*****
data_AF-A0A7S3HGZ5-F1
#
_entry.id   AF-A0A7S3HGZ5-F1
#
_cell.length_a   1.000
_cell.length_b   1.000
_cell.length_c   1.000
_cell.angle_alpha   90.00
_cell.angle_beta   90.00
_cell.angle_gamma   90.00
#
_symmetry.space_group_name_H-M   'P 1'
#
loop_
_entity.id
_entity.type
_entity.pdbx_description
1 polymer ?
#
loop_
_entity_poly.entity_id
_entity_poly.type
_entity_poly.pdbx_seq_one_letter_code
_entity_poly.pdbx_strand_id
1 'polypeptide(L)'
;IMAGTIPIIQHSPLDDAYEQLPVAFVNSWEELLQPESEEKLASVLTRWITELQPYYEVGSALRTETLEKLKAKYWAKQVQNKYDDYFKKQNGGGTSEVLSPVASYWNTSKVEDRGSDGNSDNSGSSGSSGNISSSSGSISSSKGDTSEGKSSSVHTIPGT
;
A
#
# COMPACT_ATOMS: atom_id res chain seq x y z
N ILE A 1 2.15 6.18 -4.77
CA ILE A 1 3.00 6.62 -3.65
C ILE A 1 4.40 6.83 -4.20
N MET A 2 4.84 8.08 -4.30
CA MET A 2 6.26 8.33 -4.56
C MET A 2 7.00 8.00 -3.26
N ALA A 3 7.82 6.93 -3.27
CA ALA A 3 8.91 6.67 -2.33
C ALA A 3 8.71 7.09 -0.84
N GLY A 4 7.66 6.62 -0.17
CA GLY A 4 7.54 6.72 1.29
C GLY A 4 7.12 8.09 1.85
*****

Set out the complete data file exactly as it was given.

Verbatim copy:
data_AF-A0A7S3HGZ5-F1
#
_entry.id   AF-A0A7S3HGZ5-F1
#
_cell.length_a   1.000
_cell.length_b   1.000
_cell.length_c   1.000
_cell.angle_alpha   90.00
_cell.angle_beta   90.00
_cell.angle_gamma   90.00
#
_symmetry.space_group_name_H-M   'P 1'
#
loop_
_entity.id
_entity.type
_entity.pdbx_description
1 polymer ?
#
loop_
_entity_poly.entity_id
_entity_poly.type
_entity_poly.pdbx_seq_one_letter_code
_entity_poly.pdbx_strand_id
1 'polypeptide(L)'
;IMAGTIPIIQHSPLDDAYEQLPVAFVNSWEELLQPESEEKLASVLTRWITELQPYYEVGSALRTETLEKLKAKYWAKQVQNKYDDYFKKQNGGGTSEVLSPVASYWNTSKVEDRGSDGNSDNSGSSGSSGNISSSSGSISSSKGDTSEGKSSSVHTIPGT
;
A
#
# COMPACT_ATOMS: atom_id res chain seq x y z
N ILE A 1 2.15 6.18 -4.77
CA ILE A 1 3.00 6.62 -3.65
C ILE A 1 4.40 6.83 -4.20
N MET A 2 4.84 8.08 -4.30
CA MET A 2 6.26 8.33 -4.56
C MET A 2 7.00 8.00 -3.26
N ALA A 3 7.82 6.93 -3.27
CA ALA A 3 8.91 6.67 -2.33
C ALA A 3 8.71 7.09 -0.84
N GLY A 4 7.66 6.62 -0.17
CA GLY A 4 7.54 6.72 1.29
C GLY A 4 7.12 8.09 1.85